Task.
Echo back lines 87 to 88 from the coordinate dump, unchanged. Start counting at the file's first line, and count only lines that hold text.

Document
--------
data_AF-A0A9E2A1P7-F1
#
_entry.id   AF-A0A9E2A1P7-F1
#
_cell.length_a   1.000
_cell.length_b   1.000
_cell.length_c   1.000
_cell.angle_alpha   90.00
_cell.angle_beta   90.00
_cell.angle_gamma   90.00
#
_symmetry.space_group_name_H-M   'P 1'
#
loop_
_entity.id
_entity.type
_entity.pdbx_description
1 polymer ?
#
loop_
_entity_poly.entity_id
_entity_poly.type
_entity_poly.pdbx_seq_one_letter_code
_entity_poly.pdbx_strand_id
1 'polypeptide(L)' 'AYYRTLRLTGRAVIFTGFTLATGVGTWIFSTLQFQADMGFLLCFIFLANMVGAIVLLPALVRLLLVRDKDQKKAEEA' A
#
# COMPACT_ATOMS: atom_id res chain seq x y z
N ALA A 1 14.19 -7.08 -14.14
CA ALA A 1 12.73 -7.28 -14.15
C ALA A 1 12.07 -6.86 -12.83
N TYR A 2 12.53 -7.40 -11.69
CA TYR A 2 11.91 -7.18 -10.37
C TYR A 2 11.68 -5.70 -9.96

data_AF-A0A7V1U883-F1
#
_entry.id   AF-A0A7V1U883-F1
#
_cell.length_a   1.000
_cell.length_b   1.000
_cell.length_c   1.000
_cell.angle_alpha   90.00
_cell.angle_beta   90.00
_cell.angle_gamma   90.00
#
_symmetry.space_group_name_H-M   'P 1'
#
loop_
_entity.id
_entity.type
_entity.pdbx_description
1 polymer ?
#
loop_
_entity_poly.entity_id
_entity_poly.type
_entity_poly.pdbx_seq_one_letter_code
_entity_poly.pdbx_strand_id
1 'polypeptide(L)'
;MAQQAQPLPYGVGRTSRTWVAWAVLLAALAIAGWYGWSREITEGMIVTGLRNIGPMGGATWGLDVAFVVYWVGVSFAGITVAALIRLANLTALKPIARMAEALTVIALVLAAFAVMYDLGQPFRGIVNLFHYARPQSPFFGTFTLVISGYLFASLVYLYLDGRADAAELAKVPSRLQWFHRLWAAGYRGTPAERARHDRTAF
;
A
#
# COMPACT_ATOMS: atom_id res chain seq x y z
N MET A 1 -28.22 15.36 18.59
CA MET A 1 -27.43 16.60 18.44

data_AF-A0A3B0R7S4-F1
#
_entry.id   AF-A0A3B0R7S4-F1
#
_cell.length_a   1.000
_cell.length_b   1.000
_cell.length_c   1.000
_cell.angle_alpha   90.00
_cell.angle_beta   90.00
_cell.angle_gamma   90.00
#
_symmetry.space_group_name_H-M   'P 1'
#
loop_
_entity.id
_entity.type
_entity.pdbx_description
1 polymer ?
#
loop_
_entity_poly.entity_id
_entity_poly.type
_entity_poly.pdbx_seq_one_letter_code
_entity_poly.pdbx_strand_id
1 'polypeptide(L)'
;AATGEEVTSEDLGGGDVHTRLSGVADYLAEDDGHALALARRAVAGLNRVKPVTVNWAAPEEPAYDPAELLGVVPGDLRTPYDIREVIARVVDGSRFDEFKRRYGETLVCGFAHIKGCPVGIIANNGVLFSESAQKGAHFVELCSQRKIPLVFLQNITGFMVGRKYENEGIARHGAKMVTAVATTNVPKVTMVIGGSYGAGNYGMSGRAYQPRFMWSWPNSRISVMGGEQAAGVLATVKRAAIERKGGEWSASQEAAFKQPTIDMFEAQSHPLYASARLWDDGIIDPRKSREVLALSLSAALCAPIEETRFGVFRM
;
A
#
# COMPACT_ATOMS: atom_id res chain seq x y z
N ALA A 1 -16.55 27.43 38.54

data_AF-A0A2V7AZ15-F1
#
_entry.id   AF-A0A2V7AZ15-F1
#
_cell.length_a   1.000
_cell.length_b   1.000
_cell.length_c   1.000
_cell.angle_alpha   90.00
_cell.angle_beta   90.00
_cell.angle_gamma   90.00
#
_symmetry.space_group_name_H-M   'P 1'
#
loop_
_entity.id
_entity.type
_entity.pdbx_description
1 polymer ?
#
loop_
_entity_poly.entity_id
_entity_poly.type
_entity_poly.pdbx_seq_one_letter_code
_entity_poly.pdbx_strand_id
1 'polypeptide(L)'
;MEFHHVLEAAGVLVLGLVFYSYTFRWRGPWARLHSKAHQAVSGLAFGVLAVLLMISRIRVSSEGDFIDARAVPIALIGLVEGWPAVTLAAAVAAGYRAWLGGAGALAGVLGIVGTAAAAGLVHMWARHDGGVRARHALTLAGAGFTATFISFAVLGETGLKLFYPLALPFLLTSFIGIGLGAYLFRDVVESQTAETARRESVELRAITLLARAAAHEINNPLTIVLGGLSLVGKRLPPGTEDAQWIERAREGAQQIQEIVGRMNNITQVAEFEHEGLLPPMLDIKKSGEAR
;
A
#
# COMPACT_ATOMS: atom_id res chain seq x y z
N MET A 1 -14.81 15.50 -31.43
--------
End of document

_entity_poly.type
_entity_poly.pdbx_seq_one_letter_code